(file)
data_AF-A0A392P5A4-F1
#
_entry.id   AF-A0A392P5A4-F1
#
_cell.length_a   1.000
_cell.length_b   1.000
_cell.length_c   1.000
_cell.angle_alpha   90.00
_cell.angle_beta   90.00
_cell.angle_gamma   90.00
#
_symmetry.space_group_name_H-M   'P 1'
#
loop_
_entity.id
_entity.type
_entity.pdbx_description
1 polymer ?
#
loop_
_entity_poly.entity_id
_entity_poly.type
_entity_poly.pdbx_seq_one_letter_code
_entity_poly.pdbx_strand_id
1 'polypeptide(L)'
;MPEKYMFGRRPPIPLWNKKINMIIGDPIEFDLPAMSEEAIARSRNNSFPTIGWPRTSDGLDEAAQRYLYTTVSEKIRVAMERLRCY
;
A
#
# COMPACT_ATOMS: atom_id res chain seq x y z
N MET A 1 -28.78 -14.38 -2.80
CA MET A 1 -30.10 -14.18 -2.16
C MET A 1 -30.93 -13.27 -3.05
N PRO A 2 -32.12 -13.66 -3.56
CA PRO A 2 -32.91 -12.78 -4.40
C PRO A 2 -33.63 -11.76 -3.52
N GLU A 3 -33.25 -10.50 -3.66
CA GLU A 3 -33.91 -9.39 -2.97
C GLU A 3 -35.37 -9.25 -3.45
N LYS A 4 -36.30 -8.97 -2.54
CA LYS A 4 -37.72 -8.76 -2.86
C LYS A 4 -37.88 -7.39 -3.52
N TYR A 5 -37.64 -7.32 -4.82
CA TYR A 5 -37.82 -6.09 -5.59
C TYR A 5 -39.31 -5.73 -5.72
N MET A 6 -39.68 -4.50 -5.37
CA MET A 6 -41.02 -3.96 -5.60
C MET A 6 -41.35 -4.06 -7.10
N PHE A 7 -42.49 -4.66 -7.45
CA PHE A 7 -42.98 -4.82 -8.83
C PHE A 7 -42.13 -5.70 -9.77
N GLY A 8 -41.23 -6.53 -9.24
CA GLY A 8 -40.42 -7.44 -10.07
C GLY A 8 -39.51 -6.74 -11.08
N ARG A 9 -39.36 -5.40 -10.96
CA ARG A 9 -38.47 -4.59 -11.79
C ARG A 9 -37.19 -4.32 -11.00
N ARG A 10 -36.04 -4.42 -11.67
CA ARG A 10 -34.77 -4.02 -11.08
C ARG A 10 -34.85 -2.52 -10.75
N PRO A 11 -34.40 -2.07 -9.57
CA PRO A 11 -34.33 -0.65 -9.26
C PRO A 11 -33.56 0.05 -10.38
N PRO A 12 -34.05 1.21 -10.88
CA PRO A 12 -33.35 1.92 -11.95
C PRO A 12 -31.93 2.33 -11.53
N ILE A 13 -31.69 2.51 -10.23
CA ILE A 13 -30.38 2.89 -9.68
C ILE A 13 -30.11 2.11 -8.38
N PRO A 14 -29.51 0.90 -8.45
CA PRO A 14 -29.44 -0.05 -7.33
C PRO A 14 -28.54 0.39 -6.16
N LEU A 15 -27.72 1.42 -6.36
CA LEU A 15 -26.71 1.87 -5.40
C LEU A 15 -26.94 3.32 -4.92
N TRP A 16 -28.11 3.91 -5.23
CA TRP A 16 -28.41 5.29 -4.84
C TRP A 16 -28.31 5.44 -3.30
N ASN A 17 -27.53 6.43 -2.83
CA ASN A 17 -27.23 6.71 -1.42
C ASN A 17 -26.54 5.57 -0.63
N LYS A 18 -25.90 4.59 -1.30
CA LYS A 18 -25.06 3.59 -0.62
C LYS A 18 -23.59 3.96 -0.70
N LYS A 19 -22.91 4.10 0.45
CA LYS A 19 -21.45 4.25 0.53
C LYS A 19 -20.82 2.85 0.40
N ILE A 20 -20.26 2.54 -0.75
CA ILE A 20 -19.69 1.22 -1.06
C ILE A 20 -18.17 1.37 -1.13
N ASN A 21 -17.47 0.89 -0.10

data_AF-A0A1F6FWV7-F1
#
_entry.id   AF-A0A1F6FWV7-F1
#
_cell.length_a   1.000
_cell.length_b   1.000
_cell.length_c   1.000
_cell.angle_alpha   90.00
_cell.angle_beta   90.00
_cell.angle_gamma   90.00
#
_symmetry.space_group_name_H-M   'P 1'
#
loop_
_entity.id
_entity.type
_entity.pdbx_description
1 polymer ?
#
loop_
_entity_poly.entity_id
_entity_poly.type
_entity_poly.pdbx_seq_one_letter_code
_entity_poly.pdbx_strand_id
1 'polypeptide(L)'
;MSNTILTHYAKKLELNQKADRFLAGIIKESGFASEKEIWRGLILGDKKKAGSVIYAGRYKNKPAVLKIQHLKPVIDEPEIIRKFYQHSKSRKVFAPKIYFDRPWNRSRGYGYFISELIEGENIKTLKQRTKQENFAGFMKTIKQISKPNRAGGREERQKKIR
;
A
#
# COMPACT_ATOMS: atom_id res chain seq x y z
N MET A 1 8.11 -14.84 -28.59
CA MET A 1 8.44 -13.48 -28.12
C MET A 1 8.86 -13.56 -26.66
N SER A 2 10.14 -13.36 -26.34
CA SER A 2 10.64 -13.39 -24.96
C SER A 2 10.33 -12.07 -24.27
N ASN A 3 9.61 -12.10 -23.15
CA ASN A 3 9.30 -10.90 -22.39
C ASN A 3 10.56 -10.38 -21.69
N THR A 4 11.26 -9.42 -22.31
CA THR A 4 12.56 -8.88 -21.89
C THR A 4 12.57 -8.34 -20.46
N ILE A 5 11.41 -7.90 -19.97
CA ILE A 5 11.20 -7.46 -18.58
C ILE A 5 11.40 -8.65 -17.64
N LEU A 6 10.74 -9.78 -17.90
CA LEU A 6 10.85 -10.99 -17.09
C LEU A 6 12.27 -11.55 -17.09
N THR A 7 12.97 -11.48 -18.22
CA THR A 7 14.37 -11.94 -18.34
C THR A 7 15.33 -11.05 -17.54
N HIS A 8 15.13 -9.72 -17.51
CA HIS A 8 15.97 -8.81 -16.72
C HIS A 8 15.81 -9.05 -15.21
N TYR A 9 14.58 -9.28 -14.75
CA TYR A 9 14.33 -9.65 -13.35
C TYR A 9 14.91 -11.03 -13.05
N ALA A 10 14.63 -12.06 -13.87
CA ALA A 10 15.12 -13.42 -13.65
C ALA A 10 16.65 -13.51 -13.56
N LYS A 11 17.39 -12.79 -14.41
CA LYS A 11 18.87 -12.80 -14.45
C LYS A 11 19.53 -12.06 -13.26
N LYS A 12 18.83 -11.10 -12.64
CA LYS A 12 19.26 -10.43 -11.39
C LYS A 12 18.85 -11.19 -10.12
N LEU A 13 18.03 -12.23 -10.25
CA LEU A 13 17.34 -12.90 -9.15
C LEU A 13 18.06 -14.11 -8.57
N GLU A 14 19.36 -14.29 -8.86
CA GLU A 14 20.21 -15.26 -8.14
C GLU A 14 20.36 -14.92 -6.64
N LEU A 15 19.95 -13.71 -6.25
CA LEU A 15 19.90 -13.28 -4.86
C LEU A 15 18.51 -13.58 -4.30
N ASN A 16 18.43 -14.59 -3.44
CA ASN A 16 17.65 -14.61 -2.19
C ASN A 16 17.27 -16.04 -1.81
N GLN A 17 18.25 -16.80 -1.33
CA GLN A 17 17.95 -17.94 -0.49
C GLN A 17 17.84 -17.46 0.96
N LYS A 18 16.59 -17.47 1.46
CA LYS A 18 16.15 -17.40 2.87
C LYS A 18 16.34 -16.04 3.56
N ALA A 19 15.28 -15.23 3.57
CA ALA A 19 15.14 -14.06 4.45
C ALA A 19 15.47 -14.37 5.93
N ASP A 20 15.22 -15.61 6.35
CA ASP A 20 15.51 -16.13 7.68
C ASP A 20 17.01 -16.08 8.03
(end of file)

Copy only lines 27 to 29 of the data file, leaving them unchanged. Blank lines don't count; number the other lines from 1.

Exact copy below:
;
A
#